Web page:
Looking for the best guitar effects pedals? Picking your guitar effects is a very personal decision, and it’s not something that someone else can just do for you. It’s like getting dressed in the morning: you’re on your own to pick out your style.
That being said, there are some clear winners in the world of guitar effects, and below you can find the Top 6 Best Guitar Effects Pedals to get you started in the right direction.
1. Ibanez Tube Screamer
As far as overdrive goes, this is hands down one of the best guitar effects pedals out there. The original model is exceedingly difficult to find these days, as it’s out of production. But, Ibanez has released the TS9, which is a pretty good replica and a very popular reissue. In this day of effects boards with 10,000 presets and way too much complication, sometimes it’s best to keep it simple.
Stevie Ray Vaughn was a fan of the Tube Screamer, and I used to see acoustic guitar phenom Monte Montgomery actually use the Tube Screamer in his live rig… for his acoustic guitar! Obviously, you can use guitar effects for more than they’re meant for.
The key to the Tube Screamer’s sought-after tone has to do with the way the pedal subtly clips the sound. In creator S. Tamura’s words, the Tube Screamer “preserves the original dynamics of the input signal which otherwise would get lost at the threshold of clipping.” That’s about as techie as I’ll get for you, but if you’re looking for subtle and classy distortion, the Tube Screamer (and TS9 Reissue) is one of the best guitar effects pedals you’ll find.
2. Dunlop Crybaby Wah Pedal
The wah pedal (or wah-wah) is one of the most distinctive-sounding guitar effects pedals. If you’re not familiar with the effect, think Jimi Hendrix “Voodoo Chile,” Slash on the end of “Civil War,” or Tom Morello playing Rage Against the Machine’s “Bulls on Parade” intro. All of those are iconic examples of the wah pedal’s “crying” sound, and the wah has the best name of all the guitar effects pedals: it’s name is what is does.
The wah pedal was actually inspired by a trumpet player named Clyde McCoy, who was famous for making “crying” sounds on his trumpet by covering and uncovering the opening of his instrument with a trumpet mute. It’s not clear who invented the first wah pedal, but since the 1960s it’s been a huge influence on guitarists and popular music in general.
The wah pedal effect is often built into most multi-effects boards these days, but it works great as a standalone pedal too. The wah is one of the best guitar effects pedals for soloing with distortion on, too.
3. BBE Sonic Maximizer
The Sonic Maximizer is a not the first effects pedal you should get, but it makes an excellent addition to any guitar player’s rig. This is a relatively new player on the guitar effects scene, but has gotten very popular because it just makes your rig sound better.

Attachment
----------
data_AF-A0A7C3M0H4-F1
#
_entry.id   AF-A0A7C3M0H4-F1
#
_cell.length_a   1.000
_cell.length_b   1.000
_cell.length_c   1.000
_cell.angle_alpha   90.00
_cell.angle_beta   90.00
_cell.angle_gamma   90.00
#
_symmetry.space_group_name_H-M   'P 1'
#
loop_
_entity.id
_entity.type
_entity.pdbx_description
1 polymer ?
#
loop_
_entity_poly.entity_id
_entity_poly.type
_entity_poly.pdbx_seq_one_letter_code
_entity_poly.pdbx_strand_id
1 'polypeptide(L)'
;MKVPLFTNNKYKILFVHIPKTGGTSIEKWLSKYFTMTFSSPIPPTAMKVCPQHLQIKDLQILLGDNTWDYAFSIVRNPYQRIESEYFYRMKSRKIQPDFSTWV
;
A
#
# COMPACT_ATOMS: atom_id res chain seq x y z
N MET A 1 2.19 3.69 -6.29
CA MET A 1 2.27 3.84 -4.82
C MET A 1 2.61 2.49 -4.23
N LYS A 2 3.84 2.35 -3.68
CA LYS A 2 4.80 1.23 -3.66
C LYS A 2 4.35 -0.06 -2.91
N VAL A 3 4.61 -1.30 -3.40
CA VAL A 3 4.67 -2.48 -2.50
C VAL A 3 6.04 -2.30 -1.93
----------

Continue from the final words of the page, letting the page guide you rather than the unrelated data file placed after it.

Using some complicated technology that I won’t get into here, the Sonic Maximizer gives your sound more fullness, presence, more clarity.
It couldn’t be easier to use: it’s got two knobs, “lo contour,” and “process.” It’s way easier than typical EQs and has a much different effect. Check out more review of the BBE Sonic Stomp Sonic Maximizer Pedal here
4. TC Electronic Stereo Chorus Flanger
You have a ton of chorus pedals to pick from, and TC Electronics wins in my book because it’s subtle, versatile, and organic. It’s not going to be the most over-the-top chorus effect out there, and that’s part of the reason it’s good. This is a pro-level effect, and it really lets the your tone come through without coloring it.
It’s a very natural and warm sounding effect too, and as far chorus is concerned is one of the best guitar effects pedals you’ll find.
This unit is really tough, and can stand up to heavy gigging. Where it really shines, though, is in the studio. The crisp, pure analog boutique quality tone comes across very well on tape (or disc). This chorus unit also has Pitch Modulation and Flange, and has true bypass that won’t color your tone when you’re not using it.
5. Keeley Compressor
The Keely Compressor is “the” industry standard in guitar compression. It’s understated, meaning it’s not gonna knock your socks off with any crazy effects. But, when you’re talking about compression, quality is far and away more important than anything else.
The Keely is truly “transparent,” meaning that it won’t color your tone. You can find the Keely in 2 and 4-knob versions, and I recommend you go for the 4-knob as it obviously gives you more control.
The Keely ain’t cheap, but if you’re looking for the best compressor, the Keely is the hands down one of the best guitar effects pedals around.
6. Boss DD-20 Delay – “Giga Delay”
It was really tough to narrow down the Best Delay Pedal, there’s just so much to choose from. I ultimately went with the Boss DD-20 Delay because it’s versatile, and unlike some of the other top delay pedals out there you can set the exact delay time instead of just twisting a know and hoping you get it right.
For some songs that use delay as a crucial piece of the guitar sound (U2 come to mind here), it’s really important that you have the delay time locked in. When you’re playing a song that *depends* on the delay, the guitar will actually keep time for the band. How about that… the drummer counting on the guitar player for timing! This should happen more often
This delay pedal comes with lots of presets. You have up to 23 seconds of delay, you can tweak almost every parameter, and you have 4 presets so you can save four completely different delay settings. Read more reviews of the Boss DD-20 Delay – “Giga Delay” here.
Good luck with your search for the perfect sound!